Saturday, July 25, 2009

The Exploration of Space and the Consciousness of Cathedrals

Man stands on the Moon, July 1969

Ignore for the moment that conservative Republicans mostly believe the moon landing was a hoax ("If it's real then why aren't there dinosaurs in the photo? Well? Answer that, smart guy!") and take a moment to reflect on the 40th anniversary of the Moon landing and contemplate the reasons why that seemed to represent the swan song for America's program of space exploration.

In a neighborhood coffee shop the other day I watched a twenty-something guy get frustrated to the point of apoplexy with his laptop computer because it took over twenty seconds to load a Youtube video. This, to me, represents the current consciousness we bring with us when we regard time.

Now consider that the nearest star to our solar system is Proxima Centauri, part of a triple star system called Alpha Centauri; Proxima is 4.22 light years from Earth. Considered to be science fiction only a few decades ago, the technology of ion drive propulsion has increased the speed of a potential inter stellar vehicle well beyond anything we've known in the past. Using ion drive propulsion, a vessel from Earth would take 81,000 years to make the one-way journey. In human terms, that is 2,700 generations of people, living and dying along the way. Or, imagine the launch of the spaceship in late 2010, and then imagine the parade celebrating it's arrival in 83015 (allowing the additional 4.22 years for the radio message "We made it!" to arrive).

Now imagine another quantum leap forward in propulsion technology allowing the ship to maintain the top speed attainable through gravitational assist, and you can cut a large amount of time off that figure. Now the travel time is reduced to 19,000 years (600 generations). You've cut 62,000 years off your travel time, not too shabby.

Nuclear pulse propulsion is a theoretically possible form of fast space travel. Very early on in the development of the development of the atomic bomb, nuclear pulse propulsion was proposed in 1947 and Project Orion was born in 1958 to investigate interplanetary space travel.

The Partial Test Ban Treaty of 1963 is largely attributed to the cancellation of Project Orion (due to the obvious design flaw that huge amounts of radioactive waste would be pumped into space), but what kind of velocities could a nuclear pulse propulsion spaceship attain? Some estimates suggest a ballpark figure of 5% the speed of light (or 5.4×107 km/hr). So assuming a spacecraft could travel at these speeds, it would take a Project Orion-type craft approximately 85 years to travel from the Earth to Proxima Centauri.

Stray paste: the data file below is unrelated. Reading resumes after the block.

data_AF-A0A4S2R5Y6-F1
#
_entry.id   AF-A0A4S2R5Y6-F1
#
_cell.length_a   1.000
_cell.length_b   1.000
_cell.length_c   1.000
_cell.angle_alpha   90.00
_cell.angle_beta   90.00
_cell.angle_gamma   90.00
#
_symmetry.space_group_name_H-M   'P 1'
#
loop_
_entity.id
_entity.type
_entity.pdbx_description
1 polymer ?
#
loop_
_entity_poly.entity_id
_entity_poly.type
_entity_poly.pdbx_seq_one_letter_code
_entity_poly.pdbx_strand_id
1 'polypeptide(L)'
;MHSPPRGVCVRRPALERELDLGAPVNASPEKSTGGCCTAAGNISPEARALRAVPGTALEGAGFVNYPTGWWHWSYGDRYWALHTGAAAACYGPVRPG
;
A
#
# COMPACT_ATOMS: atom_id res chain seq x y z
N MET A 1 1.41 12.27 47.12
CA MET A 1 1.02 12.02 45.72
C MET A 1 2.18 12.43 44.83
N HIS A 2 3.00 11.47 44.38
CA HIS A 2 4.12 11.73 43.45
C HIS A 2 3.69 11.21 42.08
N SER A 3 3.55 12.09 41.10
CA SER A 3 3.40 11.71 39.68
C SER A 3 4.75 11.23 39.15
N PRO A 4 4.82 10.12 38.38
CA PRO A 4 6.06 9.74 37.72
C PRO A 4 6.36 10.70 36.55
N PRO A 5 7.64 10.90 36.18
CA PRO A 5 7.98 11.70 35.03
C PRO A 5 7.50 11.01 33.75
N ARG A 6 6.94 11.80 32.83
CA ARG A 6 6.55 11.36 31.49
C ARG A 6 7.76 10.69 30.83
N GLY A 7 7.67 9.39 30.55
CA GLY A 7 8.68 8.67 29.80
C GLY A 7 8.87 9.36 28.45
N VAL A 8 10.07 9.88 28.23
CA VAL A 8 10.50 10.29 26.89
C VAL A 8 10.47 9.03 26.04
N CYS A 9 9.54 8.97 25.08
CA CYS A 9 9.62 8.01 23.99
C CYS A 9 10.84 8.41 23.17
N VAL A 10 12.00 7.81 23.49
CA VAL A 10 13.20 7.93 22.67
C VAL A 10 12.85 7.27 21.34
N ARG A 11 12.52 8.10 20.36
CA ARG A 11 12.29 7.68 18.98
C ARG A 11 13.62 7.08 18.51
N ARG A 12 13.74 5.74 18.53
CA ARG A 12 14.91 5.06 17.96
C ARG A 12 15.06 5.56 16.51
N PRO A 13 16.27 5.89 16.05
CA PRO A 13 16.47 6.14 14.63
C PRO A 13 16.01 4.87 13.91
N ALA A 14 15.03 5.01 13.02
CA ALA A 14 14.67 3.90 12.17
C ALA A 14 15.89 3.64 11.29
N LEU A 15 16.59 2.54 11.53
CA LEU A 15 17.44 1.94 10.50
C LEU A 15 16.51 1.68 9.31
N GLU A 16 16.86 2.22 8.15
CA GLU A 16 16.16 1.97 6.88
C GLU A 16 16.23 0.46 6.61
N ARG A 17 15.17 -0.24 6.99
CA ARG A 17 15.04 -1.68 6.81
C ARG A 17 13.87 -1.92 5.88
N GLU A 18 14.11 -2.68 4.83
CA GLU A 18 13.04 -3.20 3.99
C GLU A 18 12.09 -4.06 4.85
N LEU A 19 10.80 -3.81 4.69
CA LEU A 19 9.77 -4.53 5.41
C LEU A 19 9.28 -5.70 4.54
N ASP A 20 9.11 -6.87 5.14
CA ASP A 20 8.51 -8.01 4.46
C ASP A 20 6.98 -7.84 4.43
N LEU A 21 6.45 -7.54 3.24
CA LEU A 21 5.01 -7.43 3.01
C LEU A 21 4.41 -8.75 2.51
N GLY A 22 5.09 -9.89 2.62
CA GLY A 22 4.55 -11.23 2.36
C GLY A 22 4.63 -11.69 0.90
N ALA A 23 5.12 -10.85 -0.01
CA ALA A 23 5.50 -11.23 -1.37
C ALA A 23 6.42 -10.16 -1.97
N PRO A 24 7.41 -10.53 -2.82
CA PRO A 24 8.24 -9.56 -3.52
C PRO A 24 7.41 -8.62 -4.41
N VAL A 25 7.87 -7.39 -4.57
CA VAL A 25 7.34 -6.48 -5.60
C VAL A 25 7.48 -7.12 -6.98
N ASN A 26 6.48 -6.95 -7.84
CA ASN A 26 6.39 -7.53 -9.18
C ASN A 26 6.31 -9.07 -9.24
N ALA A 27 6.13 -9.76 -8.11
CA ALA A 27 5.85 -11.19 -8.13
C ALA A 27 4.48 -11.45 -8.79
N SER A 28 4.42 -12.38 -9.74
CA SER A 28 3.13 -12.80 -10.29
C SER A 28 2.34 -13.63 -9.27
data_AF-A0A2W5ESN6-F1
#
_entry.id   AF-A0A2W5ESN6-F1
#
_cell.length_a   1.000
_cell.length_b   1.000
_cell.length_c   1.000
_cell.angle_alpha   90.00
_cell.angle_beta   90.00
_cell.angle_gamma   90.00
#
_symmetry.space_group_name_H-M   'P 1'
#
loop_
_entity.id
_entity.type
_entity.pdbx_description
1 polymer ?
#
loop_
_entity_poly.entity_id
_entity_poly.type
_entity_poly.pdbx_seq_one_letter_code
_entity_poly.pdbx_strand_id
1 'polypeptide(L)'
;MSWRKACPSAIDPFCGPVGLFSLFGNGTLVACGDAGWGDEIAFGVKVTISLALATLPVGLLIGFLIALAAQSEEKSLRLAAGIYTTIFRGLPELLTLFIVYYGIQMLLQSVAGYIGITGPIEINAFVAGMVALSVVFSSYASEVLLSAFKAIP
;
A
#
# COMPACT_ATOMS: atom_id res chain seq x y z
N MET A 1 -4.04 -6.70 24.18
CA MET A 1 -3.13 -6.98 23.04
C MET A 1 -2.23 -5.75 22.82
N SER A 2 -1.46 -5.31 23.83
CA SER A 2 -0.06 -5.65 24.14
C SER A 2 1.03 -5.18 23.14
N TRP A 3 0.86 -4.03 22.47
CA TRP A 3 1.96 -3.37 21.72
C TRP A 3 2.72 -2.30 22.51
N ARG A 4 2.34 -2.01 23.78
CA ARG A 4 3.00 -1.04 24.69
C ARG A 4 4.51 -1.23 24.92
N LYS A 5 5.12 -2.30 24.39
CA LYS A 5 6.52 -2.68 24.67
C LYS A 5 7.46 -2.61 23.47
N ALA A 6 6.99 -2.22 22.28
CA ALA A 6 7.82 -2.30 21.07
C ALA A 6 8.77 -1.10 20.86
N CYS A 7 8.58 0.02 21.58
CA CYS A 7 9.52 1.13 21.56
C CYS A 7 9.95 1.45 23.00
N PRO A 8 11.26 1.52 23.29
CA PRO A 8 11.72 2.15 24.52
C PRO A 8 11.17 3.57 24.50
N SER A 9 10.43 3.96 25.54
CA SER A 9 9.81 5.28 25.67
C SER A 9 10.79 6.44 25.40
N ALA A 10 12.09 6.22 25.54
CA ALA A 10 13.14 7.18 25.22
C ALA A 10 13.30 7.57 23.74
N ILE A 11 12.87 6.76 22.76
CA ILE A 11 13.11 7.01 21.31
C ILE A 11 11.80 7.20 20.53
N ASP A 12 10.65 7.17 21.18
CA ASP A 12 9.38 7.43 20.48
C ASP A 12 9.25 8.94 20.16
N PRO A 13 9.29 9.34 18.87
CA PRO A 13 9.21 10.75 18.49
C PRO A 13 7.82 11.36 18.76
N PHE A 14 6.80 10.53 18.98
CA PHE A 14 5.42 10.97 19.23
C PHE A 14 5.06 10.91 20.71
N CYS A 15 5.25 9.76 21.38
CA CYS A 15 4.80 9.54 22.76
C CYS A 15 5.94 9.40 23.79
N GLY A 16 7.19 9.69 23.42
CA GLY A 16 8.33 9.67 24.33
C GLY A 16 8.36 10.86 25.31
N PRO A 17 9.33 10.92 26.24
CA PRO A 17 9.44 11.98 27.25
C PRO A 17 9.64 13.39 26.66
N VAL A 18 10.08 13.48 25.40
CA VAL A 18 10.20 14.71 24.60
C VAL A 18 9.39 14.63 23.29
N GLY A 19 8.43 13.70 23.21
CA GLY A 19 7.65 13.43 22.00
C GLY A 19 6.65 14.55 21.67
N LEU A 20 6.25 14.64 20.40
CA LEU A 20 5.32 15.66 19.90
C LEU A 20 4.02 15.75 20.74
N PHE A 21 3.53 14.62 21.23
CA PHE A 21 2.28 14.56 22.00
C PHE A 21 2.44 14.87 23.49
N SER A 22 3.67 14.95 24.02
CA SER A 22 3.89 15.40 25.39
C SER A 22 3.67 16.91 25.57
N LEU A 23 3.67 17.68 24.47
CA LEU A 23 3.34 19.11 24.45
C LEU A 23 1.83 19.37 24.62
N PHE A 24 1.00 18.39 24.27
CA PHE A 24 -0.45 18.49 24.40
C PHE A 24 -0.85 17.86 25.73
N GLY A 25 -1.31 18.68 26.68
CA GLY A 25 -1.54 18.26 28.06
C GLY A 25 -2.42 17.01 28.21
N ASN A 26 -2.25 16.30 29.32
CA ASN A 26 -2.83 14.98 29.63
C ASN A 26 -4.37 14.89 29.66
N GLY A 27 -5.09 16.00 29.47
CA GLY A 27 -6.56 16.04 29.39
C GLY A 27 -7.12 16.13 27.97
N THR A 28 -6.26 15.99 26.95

Now we're talking. We've managed to slice 80,915 years off our original estimate (ignoring the nuclear pollution of the galaxy for a moment). But even 85 years in Youtube minutes is impossibly long. Such a monumental expenditure of time and money, it's difficult to imagine a Presidential administration putting energy behind a journey that would not see a "Welcome back!" parade until forty-two and a half administrations later.

If we consider what happens when inter stellar travel time consciousness collides full on with Youtube download time consciousness... you can see what the problem is. One solution might be if North Korea or Iran were to announce that they are putting resources into a space program for the purpose of inter stellar exploration. That might do it.

Within 48 hours every Republican with a hideous fake tan would be converging on Fox News demanding action be taken (just so long as poor people don't somehow benefit).

But I digress....

In 1160, Bishop Maurice de Sully had a vision in which he saw a new cathedral in the place where the current Parisian cathedral, St Stephen's (built in the 4th century) stood. Shortly after he assumed the title of Bishop of Paris, de Sully had the old cathedral demolished. Three years later, in 1163, the cornerstone for the new cathedral was lain. In 1196 de Sully died just as the nave (the central approach to the high altar in Gothic church architecture) was completed.

In 1345 the Cathedral of Notre Dame was completed and opened to the people of Paris.

Human history is nothing if not a story linked by similar multi-generational projects.

And this brings me back to one of my favorite quotations. About 15 years ago now I ducked my head inside a luncheon that was going on as part of a Women Studies conference and listened to a speaker who quoted someone who said,

"The trick is that we have to be willing to work for a future that, all along, we know we will never live to see."

There are certain things we know, now, even if reality hasn't yet caught up. One day same sex unions will be no big deal. One day people won't be thrown into prison for smoking the leaves and flowers of a weed that grows wild in all 50 states. One day there will be universal health care. One day cars will get over 50 miles to a gallon. One day humanity will spread out into the galaxy and consciousness will begin its slow spread out into the universe.

Some of these things could be achieved with a stroke of a pen; but others take time.

More precisely, they require a 12th Century temporal consciousness that allows for multi-generational projects. Who knows? Perhaps the Islamic clerics will prevail and will return the world to a 12th Century Islamic state and, in so doing, allow the work to begin. Nobody can predict the future.

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